Never pass up a chance to sit down or relieve yourself. -old Apache saying

Thursday, October 1, 2015

October Stargazing

The weather is cooling down!  Finally!

Wanna see the greatest show from Earth?  Look up at night (in a dark area)

Cassini at Enceladus

Saturn's icy moon Enceladus (background) slides behind Dione in this series of images shot by the Cassini spacecraft. Cassini is scheduled to make its closest approach to Saturn's moon Enceladus in several years on October 28, passing just 30 miles (50 km) above the icy moon.

Stargazing Summary

A giant story unfolds across the evening skies of October. It involves Andromeda and four surrounding constellations. They tell us of the mother who angered the gods, the father who ordered Andromeda sacrificed to appease them, the sea monster that tried to destroy her, and the hero who saved her. And in the morning sky, Venus, Jupiter, and Mars all congregate within the borders of Leo, adding some zest to the chilly autumn mornings.
More stargazing information »

Radio Program Highlights

If you want to start hearing the StarDate program in your area, you can request a station to carry our program by emailing the request to

October 1-4: Cosmic Static. A sort of radio "static" fills the universe — the afterglow of the Big Bang. We'll have details on the cosmic microwave background, plus two rare stellar gems and much more.

October 5-11: Moon Meanderings. The Moon passes by some impressive lights in the early morning sky this week, including four of the five planets that are easily visible to the unaided eye. Join us for the Moon and some beautiful companions, plus much more.

October 12-18: Planets Galore. Astronomers keep finding planets in other star systems, and we'll have details on a few of them — including one that may be covered with giant volcanoes. Join us for planets in and beyond our solar system, plus much more.

October 19-25: Bright Siblings. One of the most impressive stars in our region of the galaxy is actually two stars, and both of them are monsters. And they're both destined to get a lot more monstrous as they age. Join us for Eta Carina and much more.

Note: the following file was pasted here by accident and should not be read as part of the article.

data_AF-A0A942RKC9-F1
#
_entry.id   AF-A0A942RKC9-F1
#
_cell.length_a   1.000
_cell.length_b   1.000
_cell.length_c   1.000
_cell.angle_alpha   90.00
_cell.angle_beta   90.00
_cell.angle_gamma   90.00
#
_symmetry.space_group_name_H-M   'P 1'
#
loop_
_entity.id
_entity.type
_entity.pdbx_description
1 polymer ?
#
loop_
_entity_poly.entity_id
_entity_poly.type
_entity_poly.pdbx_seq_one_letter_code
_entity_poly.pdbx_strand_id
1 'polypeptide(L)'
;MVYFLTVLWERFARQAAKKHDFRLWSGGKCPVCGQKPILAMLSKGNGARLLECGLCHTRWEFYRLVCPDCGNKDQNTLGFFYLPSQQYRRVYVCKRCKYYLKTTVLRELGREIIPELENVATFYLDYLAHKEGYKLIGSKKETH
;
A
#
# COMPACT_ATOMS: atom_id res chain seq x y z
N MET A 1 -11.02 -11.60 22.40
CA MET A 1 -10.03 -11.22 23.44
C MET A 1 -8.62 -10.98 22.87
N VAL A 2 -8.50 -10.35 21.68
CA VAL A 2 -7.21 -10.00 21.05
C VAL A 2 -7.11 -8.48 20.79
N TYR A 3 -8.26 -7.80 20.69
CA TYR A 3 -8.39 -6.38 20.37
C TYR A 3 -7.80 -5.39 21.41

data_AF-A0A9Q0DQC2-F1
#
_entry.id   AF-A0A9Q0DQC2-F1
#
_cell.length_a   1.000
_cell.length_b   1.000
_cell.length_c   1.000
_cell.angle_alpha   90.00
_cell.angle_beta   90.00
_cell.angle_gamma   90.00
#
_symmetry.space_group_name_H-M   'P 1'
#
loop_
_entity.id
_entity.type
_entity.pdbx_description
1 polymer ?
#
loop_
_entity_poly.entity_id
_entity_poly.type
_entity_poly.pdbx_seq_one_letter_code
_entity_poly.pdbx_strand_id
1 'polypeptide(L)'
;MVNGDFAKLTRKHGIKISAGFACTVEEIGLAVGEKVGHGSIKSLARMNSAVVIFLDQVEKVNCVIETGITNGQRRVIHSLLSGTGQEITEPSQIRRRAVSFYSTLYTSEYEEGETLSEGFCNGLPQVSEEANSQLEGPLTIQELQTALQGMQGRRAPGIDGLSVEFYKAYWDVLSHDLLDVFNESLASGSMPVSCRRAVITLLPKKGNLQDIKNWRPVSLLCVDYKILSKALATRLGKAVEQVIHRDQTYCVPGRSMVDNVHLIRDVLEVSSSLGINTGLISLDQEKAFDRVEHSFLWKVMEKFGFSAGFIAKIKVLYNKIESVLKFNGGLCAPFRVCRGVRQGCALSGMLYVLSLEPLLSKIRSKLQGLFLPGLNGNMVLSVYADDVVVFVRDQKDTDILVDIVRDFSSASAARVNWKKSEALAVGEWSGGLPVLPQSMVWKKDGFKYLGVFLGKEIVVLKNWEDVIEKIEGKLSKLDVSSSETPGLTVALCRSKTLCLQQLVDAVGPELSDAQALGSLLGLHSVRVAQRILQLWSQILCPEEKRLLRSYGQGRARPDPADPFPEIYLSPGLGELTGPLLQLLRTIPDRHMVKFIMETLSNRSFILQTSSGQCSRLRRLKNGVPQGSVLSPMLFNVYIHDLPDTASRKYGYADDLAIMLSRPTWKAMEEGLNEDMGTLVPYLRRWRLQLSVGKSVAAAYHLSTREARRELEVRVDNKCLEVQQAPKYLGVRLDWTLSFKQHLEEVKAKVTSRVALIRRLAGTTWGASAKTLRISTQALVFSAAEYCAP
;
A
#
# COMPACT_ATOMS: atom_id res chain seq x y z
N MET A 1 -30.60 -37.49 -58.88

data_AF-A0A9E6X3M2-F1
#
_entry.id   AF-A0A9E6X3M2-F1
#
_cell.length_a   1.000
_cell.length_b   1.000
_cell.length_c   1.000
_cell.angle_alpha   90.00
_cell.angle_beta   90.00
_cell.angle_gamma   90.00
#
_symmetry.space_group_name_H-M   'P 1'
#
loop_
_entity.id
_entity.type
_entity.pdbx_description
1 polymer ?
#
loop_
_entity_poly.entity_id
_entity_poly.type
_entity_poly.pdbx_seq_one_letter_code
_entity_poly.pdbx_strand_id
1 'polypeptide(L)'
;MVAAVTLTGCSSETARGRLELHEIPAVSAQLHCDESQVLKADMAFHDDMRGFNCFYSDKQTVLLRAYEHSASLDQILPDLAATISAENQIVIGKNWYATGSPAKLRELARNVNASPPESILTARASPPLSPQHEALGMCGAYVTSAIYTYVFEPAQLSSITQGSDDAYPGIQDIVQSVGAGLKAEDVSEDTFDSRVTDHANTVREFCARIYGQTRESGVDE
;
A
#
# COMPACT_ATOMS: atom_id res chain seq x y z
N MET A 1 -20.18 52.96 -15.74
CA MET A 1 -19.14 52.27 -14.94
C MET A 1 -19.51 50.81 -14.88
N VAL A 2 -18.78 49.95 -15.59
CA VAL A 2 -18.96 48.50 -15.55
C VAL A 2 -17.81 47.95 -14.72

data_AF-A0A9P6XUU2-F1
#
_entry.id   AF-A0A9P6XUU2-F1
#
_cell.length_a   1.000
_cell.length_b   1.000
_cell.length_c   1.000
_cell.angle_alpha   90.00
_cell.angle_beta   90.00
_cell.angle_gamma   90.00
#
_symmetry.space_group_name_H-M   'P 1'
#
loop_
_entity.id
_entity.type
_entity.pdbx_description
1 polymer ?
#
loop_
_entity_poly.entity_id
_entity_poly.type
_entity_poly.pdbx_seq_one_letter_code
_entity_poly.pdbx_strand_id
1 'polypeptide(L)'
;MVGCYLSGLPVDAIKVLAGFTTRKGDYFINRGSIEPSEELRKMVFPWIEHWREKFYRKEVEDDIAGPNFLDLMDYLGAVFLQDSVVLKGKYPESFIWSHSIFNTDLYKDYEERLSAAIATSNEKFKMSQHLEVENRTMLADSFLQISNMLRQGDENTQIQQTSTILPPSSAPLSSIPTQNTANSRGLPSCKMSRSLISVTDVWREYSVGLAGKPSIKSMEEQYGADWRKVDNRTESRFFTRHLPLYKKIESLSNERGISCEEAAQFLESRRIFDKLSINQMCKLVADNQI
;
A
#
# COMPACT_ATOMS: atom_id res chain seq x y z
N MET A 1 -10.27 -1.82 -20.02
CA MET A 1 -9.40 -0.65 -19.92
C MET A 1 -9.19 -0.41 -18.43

October 26-November 1: Ghostly Messengers. The particles known as neutrinos are hard to catch — they zip right through everything. Yet it's important to catch them because they come directly from the heart of the Sun, revealing details about how stars work. Join us for neutrinos and more.

Program schedule »

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Coming Up In StarDate Magazine

In our November/December issue, we'll bring you up to date on a plethora of research projects working to understand the Sun. And we'll explain how astronomers from the Renaissance through the Enlightenment used Europe's great cathedrals as solar observatories.

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StarDate Clearance Sale

Add to your collection of astronomical goodies with these great products, which we're offering for a limited time at reduced prices. They also make great Christmas gifts, so you can get your shopping done early and easily!

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Ask An Astronomer

Curious about astronomy? Have a burning question about the universe that you'd like answered? We are a team of graduate students, postdocs, researchers and faculty affiliated with the University of Texas and McDonald Observatory. We welcome questions about astronomy from K-12 students, teachers and the general public!

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About SkyTips

SkyTips is a monthly email newsletter for visitors to McDonald Observatory and StarDate Online. Each issue features stargazing highlights, upcoming StarDate radio program descriptions, and other news. Please feel free to forward this newsletter to your friends and family.

SkyTips is a publication of the University of Texas McDonald Observatory Education and Outreach Office, 2609 University Ave. A2100, Austin, TX 78712. Reproduction of SkyTips content is permitted with proper credit given to McDonald Observatory.

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